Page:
Conclusion: IOL explantation in delayed-onset endophthalmitis helps in earlier resolution of inflammation, need for lesser number of intravitreal injections and a trend towards better functional outcomes.
Keywords: intraocular lens explantation, endophthalmitis, IOL, delayed-onset endophthalmitis, low-grade endophthalmitis
Post-surgical endophthalmitis is a grave vision-threatening condition in the eye. Measured by time from the event of intraocular surgery and the symptoms, an acute-onset endophthalmitis is defined as one occurring within 6 weeks and delayed-onset endophthalmitis as one occurring after 6 weeks.1 Delayed-onset endophthalmitis is also characterized by low grade and persistent inflammation. The common infecting organisms associated with delayed-onset endophthalmitis are Propionibacterium acnes, Candida species, and coagulase-negative Staphylococcus and fungi. Usually the organisms are sequestered in the capsular bag and on the undersurface of the intraocular lens (IOL).2–5 Thus IOL explantation may help in a better clearance of the microbes. Currently there is no report directly comparing the outcomes with or without IOL explantation in delayed-onset post cataract surgery endophthalmitis. The current study addresses this question.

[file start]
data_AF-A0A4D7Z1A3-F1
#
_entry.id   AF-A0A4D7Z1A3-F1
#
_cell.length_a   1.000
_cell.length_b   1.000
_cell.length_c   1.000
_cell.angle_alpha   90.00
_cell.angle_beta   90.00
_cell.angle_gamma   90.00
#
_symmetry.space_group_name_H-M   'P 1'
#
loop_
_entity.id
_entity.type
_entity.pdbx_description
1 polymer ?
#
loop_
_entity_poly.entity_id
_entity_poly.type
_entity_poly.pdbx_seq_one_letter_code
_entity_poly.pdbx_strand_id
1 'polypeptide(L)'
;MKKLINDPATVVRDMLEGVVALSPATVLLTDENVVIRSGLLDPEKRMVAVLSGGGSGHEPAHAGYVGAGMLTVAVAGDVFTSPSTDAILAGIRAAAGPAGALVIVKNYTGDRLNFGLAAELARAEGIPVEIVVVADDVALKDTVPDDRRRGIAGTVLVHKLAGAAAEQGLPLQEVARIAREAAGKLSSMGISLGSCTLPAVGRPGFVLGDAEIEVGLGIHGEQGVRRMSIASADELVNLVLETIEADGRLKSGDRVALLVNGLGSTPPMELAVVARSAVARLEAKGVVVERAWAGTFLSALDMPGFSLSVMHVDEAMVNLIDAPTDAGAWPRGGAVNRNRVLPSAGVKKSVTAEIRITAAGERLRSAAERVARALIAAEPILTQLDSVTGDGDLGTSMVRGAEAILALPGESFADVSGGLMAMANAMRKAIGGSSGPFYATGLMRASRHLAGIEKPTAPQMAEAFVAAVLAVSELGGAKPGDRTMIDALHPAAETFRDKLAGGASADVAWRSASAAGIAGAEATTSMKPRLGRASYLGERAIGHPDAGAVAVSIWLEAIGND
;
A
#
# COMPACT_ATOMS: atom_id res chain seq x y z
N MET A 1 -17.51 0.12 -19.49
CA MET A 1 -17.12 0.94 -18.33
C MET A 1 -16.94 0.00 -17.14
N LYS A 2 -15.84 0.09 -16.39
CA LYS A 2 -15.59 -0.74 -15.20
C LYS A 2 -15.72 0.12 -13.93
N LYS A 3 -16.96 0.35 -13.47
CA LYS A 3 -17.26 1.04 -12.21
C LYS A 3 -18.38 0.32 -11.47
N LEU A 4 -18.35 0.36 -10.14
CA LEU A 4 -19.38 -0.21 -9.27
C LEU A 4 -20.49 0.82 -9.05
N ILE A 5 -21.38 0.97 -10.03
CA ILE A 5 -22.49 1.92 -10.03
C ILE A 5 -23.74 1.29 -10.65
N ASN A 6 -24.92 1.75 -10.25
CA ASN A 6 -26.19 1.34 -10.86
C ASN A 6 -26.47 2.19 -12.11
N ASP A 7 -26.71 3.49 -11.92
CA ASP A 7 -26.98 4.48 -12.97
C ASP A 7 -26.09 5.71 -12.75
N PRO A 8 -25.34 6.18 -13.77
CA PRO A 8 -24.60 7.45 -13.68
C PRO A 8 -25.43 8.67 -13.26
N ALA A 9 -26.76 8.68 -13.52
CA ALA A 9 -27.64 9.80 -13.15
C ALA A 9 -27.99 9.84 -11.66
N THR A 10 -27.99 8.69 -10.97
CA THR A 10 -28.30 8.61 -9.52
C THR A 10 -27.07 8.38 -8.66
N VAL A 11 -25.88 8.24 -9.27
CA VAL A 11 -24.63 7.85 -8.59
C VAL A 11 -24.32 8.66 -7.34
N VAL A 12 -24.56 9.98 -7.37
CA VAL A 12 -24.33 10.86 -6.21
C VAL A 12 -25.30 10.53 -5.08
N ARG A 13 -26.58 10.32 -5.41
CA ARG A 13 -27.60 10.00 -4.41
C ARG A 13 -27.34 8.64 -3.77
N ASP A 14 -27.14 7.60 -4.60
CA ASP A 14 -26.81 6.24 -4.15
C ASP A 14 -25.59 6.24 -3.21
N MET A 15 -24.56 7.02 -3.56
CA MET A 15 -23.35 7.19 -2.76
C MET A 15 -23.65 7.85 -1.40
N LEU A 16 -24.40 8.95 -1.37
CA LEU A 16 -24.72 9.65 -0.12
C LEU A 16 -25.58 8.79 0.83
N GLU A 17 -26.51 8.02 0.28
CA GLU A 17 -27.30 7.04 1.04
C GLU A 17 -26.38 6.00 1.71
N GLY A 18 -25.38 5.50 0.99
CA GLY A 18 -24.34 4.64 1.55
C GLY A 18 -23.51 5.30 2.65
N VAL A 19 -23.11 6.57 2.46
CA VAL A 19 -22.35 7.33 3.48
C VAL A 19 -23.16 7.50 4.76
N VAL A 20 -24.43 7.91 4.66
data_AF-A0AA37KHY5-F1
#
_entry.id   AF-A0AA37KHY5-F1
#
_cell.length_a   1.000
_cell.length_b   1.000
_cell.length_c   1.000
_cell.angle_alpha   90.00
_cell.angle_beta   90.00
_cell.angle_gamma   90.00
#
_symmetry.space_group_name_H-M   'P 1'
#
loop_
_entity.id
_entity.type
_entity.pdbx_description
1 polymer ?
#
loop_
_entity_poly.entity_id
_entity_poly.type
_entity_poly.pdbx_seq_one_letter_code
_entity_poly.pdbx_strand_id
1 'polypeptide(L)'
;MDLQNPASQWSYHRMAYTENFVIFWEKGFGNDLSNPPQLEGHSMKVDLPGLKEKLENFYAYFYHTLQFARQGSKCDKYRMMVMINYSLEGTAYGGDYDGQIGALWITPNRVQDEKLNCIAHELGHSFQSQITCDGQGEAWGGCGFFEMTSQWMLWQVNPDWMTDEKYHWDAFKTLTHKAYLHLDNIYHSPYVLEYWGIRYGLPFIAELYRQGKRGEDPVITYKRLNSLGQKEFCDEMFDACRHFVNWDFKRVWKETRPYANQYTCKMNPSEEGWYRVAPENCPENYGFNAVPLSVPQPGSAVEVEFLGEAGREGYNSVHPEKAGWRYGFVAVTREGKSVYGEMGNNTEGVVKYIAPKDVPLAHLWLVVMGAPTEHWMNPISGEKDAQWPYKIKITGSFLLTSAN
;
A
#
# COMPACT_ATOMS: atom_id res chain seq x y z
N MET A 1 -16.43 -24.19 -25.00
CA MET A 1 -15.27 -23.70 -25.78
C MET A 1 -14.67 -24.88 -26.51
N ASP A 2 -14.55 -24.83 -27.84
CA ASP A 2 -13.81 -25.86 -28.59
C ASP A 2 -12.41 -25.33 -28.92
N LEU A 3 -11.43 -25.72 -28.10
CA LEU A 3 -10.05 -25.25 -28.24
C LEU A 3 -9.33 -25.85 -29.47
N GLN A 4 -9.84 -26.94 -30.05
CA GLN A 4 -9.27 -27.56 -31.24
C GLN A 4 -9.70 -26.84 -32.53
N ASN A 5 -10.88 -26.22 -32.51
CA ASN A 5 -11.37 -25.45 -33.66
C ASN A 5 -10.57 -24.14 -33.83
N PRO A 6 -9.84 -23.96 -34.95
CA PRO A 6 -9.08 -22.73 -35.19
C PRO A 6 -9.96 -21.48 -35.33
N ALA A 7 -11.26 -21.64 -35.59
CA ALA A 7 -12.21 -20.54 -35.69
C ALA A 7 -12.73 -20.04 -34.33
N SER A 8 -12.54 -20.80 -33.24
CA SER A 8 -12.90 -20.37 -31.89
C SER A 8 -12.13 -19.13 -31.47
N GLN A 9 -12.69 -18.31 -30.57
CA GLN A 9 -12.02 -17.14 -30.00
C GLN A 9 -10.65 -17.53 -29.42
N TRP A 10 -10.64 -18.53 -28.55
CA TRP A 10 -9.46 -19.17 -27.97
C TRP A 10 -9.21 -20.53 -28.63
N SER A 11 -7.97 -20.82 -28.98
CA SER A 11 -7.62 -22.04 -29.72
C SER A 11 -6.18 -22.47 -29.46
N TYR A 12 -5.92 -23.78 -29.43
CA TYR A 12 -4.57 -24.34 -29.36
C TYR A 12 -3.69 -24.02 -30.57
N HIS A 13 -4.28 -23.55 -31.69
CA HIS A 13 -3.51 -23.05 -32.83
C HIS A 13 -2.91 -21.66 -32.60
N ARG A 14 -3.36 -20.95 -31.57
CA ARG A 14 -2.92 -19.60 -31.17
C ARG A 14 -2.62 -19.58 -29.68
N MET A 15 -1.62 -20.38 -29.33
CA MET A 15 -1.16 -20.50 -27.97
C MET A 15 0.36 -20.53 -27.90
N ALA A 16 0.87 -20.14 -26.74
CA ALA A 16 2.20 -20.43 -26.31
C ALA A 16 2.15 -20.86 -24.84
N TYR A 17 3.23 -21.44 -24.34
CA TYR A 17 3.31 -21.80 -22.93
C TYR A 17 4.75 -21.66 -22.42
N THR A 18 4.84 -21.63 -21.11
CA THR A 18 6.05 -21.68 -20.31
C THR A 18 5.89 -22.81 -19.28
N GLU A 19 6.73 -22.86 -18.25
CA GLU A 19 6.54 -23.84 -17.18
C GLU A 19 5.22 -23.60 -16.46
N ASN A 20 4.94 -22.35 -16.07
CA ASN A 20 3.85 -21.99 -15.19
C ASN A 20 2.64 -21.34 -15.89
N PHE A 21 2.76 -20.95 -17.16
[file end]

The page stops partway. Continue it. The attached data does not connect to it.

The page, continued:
The institute’s medical record system and the microbiology laboratory registered identified case records of all cases of delayed-onset low-grade endophthalmitis from January 1990 till January 2019. Cases presenting with delayed-onset low grade endophthalmitis following cataract surgery alone were included. Patients with endophthalmitis following other surgeries, co-existing/history of trauma or uveitis were excluded. An appropriate institute review board approval (LV Prasad Eye Institute, Institute Review Board) was taken. The study adhered to the tenets of the Declaration of Helsinki and written informed consent was taken from all patients. The data captured included demographic data (age, sex), duration of symptoms, clinical findings on initial examination (corneal edema at presentation, hypopyon, extent of fundal glow, and status of the retinal vessels if visible, BCVA), follow-up at 6 months (final BCVA, retinal detachments at follow up, corneal decompensation at follow up, and of inflammation at the 6 month visit), time to endophthalmitis, time to IOL explantation and number of intravitreal injections needed.